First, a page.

Learning from Our Differences
A letter from the President
In September, I had the privilege of marking the opening of the 2023-24 academic year and welcoming the Brown University Class of 2027 at Brown’s 260th Opening Convocation. Given the recent U.S. Supreme Court ruling barring race-conscious admissions practices, I spoke about my continued belief in the importance of diversity in higher education. An excerpt of the speech follows:
The first major speech I gave as the president of Brown University was at our Opening Convocation on September 5, 2012.
It poured! Despite the disappointment that Convocation had to be moved to the Pizzitola Sports Center, I was excited to begin my new role. I felt so optimistic about Brown’s future.
After welcoming our new students, I stated three ideals that we as a community hold sacred: that the pursuit of education is noble; that the right to learn should not be limited by the ability to pay; and that diversity is far more than a legal concept, or a mathematical equation, but a profoundly ethical belief that our differences enlighten and enhance us.
At the time, these ideals were not especially controversial. But times have changed. Over the past decade, higher education has been subject to intense criticism in the media, considerable political wrangling, and several significant legal decisions. Subjects of debate include the cost and value of college, student debt forgiveness, free speech on college campuses, and equity in admissions.
But nothing is currently more controversial than the role of diversity in higher education. The Supreme Court’s recent decision barring the consideration of race and ethnicity as a criterion in college admission is viewed by many as the death knell of racial diversity in colleges and universities—to the delight of some and the despair of others.
Although I was disappointed in the Supreme Court’s decision, it has not shaken my belief that our differences enlighten and enhance us. I continue to believe that diversity is essential to the academic excellence we value.
Brown cannot be a great university—providing excellent education and advancing knowledge and understanding for the common good—without a student body that represents a wide range of backgrounds, experiences, and cultures that reflect the diversity of our country and our world.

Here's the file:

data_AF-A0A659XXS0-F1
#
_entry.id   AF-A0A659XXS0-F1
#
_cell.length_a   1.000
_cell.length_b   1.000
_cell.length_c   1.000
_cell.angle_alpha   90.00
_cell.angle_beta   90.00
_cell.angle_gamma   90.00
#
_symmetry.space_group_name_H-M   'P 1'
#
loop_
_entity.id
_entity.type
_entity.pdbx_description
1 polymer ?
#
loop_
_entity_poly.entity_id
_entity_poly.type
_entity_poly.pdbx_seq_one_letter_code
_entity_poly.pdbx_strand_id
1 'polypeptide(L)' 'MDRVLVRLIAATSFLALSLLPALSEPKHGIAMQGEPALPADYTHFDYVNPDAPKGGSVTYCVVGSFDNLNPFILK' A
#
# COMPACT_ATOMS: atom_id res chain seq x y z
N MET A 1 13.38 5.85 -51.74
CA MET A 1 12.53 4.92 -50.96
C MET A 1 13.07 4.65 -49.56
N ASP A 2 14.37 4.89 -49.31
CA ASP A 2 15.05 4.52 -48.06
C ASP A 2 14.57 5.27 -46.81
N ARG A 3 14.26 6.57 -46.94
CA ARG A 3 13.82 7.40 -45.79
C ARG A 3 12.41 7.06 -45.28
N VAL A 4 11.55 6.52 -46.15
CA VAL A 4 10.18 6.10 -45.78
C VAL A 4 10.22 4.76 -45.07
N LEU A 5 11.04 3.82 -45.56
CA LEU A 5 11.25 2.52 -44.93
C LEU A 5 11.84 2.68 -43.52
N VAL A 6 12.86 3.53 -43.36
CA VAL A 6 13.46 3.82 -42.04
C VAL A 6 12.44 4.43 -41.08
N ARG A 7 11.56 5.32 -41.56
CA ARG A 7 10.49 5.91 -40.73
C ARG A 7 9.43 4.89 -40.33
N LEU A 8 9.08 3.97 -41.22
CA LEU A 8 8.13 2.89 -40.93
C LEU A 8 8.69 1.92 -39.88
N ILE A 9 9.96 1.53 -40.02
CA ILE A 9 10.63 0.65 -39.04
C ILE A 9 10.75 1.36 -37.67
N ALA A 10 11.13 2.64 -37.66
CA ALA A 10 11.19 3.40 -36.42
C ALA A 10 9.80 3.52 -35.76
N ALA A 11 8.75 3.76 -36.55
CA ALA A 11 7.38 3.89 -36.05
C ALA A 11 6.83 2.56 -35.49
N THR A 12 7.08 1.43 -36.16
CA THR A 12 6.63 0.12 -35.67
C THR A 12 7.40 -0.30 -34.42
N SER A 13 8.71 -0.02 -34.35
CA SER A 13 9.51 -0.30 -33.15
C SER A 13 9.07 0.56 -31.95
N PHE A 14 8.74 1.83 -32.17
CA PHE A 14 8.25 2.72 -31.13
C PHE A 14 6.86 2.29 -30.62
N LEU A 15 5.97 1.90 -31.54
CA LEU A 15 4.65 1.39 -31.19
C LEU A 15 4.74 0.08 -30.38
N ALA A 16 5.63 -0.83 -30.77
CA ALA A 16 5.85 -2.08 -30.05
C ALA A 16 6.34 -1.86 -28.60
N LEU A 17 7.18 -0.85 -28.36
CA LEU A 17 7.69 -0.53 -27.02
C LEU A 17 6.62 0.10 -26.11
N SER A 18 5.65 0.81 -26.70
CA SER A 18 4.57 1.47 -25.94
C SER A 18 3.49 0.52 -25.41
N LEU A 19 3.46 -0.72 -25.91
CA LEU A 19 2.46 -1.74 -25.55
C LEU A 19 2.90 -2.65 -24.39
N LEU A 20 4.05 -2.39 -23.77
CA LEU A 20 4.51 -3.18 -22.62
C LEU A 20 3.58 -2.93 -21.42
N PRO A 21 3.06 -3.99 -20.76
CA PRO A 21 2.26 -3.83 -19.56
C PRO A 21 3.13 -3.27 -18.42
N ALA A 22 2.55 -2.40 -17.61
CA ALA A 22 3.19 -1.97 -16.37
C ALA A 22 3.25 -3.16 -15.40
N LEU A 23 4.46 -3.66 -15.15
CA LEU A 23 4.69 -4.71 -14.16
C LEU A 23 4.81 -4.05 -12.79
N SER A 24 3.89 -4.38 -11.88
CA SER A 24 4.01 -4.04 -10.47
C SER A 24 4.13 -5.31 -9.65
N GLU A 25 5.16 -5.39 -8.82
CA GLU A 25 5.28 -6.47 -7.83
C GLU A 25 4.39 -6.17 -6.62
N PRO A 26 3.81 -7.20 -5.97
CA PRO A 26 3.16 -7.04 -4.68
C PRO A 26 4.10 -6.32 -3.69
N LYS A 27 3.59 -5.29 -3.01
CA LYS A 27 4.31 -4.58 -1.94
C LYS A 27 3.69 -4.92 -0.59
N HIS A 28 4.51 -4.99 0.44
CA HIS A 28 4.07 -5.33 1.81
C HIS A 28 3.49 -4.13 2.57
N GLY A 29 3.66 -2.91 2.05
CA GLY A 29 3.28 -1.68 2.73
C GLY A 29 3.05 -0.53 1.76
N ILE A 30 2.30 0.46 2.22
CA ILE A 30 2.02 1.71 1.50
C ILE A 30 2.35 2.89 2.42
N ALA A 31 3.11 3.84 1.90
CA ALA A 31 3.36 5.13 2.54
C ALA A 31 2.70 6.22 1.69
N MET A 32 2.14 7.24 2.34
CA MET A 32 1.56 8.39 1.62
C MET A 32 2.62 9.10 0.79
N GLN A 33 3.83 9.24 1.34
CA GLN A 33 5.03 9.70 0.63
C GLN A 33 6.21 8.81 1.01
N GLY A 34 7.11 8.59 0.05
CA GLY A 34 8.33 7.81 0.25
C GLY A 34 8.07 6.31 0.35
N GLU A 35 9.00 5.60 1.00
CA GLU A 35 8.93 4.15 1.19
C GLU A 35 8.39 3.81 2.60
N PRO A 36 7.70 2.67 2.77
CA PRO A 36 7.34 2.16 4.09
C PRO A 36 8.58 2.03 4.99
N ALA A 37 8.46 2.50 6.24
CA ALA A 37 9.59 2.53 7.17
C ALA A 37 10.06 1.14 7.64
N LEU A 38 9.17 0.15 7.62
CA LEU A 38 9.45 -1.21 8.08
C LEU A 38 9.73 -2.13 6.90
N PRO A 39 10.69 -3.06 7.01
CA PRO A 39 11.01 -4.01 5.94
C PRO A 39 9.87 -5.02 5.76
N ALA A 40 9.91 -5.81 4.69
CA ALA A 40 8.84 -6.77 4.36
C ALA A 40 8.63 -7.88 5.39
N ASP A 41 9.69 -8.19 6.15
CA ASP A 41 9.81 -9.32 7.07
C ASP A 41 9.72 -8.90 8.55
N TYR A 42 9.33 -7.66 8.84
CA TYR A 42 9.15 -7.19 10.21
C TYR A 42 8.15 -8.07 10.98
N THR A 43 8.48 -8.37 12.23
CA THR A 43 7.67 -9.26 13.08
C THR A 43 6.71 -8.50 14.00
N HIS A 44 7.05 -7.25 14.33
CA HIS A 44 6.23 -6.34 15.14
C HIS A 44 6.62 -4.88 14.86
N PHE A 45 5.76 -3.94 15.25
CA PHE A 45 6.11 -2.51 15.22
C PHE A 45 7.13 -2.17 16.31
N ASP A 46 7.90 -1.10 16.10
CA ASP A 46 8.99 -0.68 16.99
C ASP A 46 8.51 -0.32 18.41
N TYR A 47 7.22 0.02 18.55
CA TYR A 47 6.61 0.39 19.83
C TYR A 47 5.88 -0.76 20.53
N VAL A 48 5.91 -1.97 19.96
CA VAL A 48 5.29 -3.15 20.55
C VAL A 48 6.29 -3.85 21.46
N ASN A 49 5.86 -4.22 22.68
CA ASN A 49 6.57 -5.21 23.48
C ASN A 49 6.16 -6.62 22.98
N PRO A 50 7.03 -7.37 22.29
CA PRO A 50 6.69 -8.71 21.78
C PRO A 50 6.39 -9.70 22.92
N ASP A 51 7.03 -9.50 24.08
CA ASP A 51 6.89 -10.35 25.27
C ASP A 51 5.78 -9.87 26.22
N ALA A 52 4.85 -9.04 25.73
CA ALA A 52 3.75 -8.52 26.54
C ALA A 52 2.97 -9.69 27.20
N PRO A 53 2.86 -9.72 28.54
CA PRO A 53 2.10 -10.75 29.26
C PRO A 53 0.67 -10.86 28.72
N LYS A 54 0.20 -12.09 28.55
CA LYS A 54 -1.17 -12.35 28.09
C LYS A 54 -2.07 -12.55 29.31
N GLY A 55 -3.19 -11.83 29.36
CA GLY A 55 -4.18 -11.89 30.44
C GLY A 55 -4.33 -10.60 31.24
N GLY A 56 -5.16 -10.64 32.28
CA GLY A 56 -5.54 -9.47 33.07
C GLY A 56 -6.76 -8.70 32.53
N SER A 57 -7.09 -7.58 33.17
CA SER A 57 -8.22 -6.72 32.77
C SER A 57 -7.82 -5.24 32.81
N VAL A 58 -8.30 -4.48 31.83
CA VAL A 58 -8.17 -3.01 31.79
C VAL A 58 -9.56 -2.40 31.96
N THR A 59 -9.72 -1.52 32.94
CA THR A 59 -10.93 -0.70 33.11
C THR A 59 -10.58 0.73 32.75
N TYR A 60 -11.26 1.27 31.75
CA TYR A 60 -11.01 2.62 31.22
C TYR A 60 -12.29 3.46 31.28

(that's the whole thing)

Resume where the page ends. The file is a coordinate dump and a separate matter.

Imagine how much a student from an immigrant family might add to a classroom debate on immigration policy; how much a student-veteran could contribute to discussions of military strategy or post-traumatic stress disorder; and how the life experiences and insights of a Black medical student might spark new research on racial disparities in maternal mortality and other health outcomes.
Imagine how much a friendship between two students—one whose parents did not attend college, and the other whose parents are university professors—might enrich the lives of both.
And then imagine how much poorer we would be as a university if our students came in with monotonously similar life experiences and worldviews, unequipped to ask and answer the provocative questions that are central to learning.
And, as a result, how much less they would be able to contribute to society as college graduates.
Fortunately, the Supreme Court’s decision is narrow. By focusing solely on the consideration of race and ethnicity as a criterion in admission decisions, it removed one—but only one—strategy for increasing the diversity of our student body.
With your help, and the help of our alumni, Brown can and will employ race-neutral strategies that honor the letter and the spirit of the law. We will cast the widest possible net when encouraging students from all backgrounds to apply to Brown. We will encourage outstanding, diverse students to continue to accept offers of admission. And we will proudly highlight our commitments to academic excellence, open inquiry, and the equitable and inclusive treatment of all our students and community members.
Eleven years after that first Convocation speech—this time on a beautiful, sunny day—I continue to be optimistic about Brown’s future and about our ability to draw on our differences to advance knowledge and understanding, for the benefit of society.
My optimism is fueled by all of you. Each and every one of you has so much to offer this community, in your own extraordinary way. You were admitted to Brown because of your brilliance, your commitment to academic excellence, your curiosity, your kindness, your boldness, and your passion for advancing the public good. I’m so glad that you’re here.